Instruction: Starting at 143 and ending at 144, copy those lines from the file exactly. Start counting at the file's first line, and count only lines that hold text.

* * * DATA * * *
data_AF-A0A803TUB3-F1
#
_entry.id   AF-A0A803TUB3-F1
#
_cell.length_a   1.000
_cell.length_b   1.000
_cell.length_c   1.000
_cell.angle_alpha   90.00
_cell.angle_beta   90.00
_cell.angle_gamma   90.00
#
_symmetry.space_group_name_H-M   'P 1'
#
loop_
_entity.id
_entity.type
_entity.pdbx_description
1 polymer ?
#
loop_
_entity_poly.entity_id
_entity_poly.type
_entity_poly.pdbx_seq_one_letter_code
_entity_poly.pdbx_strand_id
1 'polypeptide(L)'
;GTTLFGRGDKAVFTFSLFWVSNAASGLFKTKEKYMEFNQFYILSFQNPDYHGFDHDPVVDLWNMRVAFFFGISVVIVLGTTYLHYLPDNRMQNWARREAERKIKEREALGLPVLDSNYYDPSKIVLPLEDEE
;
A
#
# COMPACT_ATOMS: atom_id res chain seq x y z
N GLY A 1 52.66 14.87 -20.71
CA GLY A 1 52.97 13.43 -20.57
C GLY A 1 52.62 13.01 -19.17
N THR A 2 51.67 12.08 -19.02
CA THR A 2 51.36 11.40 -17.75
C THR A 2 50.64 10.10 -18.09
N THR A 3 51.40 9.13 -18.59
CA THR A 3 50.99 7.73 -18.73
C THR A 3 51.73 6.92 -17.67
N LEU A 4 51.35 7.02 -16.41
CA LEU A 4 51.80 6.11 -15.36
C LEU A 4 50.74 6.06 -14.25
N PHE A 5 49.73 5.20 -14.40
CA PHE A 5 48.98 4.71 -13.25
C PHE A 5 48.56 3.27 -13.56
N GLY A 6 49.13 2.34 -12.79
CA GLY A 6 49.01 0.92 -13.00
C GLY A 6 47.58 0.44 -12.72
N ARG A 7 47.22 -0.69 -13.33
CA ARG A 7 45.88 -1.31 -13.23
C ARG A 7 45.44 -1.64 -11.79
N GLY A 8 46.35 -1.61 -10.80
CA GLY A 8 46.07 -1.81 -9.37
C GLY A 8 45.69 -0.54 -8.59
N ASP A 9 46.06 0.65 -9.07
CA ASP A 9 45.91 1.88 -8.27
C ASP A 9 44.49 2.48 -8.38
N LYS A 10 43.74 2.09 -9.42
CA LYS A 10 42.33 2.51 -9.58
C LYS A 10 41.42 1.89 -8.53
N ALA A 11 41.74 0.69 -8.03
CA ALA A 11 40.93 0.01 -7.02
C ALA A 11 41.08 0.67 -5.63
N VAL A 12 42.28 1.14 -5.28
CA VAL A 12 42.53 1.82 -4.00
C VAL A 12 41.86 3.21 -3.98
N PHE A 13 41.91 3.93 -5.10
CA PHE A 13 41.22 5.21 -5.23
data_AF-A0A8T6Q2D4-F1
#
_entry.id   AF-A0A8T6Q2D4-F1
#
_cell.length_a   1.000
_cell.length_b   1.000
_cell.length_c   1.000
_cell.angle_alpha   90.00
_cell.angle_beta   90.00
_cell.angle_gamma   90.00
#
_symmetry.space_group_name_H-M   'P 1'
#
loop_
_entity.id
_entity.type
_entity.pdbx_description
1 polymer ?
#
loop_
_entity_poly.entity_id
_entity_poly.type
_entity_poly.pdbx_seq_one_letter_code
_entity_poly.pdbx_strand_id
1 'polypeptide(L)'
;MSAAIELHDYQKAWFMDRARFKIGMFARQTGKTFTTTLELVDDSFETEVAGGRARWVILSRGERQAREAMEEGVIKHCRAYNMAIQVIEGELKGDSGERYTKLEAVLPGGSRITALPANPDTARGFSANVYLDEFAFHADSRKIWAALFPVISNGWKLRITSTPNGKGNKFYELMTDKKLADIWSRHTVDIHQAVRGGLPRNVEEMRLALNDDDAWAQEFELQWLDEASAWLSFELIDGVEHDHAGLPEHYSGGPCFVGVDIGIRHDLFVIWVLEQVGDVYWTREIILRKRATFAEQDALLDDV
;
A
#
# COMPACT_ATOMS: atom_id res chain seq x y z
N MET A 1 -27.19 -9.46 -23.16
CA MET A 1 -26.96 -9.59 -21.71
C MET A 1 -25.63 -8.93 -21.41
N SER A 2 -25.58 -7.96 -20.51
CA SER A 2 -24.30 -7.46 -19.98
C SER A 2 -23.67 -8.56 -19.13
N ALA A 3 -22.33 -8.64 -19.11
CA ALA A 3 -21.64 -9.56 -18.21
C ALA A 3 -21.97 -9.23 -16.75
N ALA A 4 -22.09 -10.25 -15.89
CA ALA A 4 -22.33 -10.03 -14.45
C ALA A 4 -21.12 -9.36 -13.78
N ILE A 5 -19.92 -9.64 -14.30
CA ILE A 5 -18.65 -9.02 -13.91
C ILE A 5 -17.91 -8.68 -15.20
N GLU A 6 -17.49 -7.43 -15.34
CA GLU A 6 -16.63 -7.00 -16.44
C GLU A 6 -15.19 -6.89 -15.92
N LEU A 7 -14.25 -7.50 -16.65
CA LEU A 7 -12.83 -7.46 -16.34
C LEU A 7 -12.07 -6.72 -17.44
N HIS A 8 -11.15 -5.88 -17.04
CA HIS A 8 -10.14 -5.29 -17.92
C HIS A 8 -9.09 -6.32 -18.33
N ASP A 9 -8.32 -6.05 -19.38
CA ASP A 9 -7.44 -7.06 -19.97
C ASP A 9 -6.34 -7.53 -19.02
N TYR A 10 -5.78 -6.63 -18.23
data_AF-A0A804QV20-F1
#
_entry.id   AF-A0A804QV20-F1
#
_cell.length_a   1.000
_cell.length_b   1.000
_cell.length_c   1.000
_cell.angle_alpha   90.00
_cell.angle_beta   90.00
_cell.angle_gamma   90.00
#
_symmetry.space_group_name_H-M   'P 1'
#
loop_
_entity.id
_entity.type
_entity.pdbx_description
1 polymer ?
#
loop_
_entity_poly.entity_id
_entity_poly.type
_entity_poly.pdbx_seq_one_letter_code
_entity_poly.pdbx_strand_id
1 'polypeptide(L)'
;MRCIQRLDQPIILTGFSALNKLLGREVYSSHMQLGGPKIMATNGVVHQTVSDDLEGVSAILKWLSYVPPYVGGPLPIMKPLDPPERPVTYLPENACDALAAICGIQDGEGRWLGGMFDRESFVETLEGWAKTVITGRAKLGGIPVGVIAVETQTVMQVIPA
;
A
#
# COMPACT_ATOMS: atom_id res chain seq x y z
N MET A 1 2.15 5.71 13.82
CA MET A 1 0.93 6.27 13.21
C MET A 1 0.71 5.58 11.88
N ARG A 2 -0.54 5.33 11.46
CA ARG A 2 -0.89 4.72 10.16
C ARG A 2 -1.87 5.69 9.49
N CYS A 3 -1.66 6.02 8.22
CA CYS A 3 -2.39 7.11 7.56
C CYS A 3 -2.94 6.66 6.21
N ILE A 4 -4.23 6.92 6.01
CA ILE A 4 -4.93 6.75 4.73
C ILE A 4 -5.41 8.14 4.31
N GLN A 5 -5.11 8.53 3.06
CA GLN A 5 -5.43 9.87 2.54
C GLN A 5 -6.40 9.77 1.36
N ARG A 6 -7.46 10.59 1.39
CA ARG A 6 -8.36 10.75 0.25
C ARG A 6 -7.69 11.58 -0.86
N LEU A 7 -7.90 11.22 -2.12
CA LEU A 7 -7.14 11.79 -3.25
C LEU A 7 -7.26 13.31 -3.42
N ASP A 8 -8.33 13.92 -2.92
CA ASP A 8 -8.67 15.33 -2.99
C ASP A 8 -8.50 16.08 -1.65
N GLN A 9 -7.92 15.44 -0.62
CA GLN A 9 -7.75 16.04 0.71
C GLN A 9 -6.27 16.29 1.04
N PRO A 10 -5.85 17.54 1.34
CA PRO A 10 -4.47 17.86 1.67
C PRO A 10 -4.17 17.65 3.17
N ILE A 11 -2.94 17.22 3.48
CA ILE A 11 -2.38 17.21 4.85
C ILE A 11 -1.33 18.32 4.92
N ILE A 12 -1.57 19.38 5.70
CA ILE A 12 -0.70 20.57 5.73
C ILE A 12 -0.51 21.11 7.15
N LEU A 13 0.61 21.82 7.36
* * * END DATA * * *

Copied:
_entity.pdbx_description
1 polymer ?